Qutoutiao’s shares have been on a bit of a roller coaster ride since its initial public offering (IPO), which shows that investors are still trying to figure this company out. The stock initially rocketed out of the gate by more than doubling from its IPO price of $7 per American depositary share (ADS). But then it quickly fell to earth and was trading as much as 42% below its IPO price in December, before embarking on another rally that has left it nearly 30% ahead as of early this week.
When it comes to this company, the big elephant in the room, quite literally, is the much larger ByteDance, owner of the better-known Jinritoutiao news and TikTok video apps, the latter of which is better known in China as Douyin. Qutoutiao’s own IPO prospectus shows that Jinritoutiao had about a fifth of the market for content aggregators in China last July, compared with its own distant No. 2 ranking with about 4% of the market.
That difference shows up in market value. ByteDance has been called the world’s most valuable unicorn, defined as startups worth more than $1 billion, after reportedly getting a $75 billion valuation at the time of its last major funding last year. By comparison, Qutoutiao is worth a far more modest $2.2 billion, based on its most recent valuation.
I do believe the ByteDance figure is probably a bit inflated since it almost certainly came from the company itself, even though most reports cited anonymous sources. But even if the figure is more like $50 billion, it still shows how much potential investors see in this new generation of smart aggregators. Interestingly, ByteDance is one of the few major internet companies that so far has refused to take major investment from either Alibaba or Tencent, which is probably why both of these giants have been forced to settle for Qutoutitao.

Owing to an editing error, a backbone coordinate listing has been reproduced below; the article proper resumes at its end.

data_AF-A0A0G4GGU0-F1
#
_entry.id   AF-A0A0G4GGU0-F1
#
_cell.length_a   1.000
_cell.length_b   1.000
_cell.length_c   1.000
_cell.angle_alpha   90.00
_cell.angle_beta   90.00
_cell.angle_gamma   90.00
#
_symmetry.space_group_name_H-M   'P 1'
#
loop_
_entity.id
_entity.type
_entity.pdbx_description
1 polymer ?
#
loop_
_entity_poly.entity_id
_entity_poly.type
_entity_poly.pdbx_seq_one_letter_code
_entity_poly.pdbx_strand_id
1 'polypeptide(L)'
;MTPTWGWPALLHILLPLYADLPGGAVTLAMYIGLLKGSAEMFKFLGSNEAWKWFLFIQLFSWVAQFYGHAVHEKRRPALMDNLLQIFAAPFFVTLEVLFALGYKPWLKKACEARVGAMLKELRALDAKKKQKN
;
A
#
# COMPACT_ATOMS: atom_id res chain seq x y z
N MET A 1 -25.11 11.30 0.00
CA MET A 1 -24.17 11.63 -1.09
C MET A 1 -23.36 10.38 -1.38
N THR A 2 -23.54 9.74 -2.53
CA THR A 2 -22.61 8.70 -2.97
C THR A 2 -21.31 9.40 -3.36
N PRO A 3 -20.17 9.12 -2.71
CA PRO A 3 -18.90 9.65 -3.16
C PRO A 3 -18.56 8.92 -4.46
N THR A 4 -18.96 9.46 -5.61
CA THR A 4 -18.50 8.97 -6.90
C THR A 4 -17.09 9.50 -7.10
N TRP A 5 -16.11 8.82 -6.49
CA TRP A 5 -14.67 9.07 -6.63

Analysts were generally upbeat about the Alibaba investment, with UBS citing “multiple opportunities” for the companies to work together. Nomura was also positive about the company’s newer Midu Novels service that targets longer-form readers. Both Qutoutiao’s core news app and its newer Midu are growing quite rapidly. The original news app was aiming to double its users from current levels to about 60 million by the end of this year, according to Nomura. Midu was aiming for an even faster rate of growth to between 15 million and 20 million users by year end, versus a current 6 million.
One of Qutoutiao’s biggest problems is that it pays people to read its content, a clear move to boost its user base but not exactly the best business model. But Nomura points out the company is aiming to lower those fees sharply to around 0.17 yuan ($0.025) per user per day by the end of this year, from 0.25 yuan in last year’s third quarter.
The bottom line is that this company is still in the teething stages, as reflected by its ongoing losses that reached nearly $300 million last year, even as its revenue grew by nearly a factor of six. At the end of the day it does seem quite well positioned to become a major Chinese player, and perhaps even an eventual global contender in the fast-emerging content aggregation space.
Doug Young has lived in Greater China for two decades, including a 10-year stint at Reuters, where he led China corporate news coverage. Send your questions or comments to DougYoung@caixin.com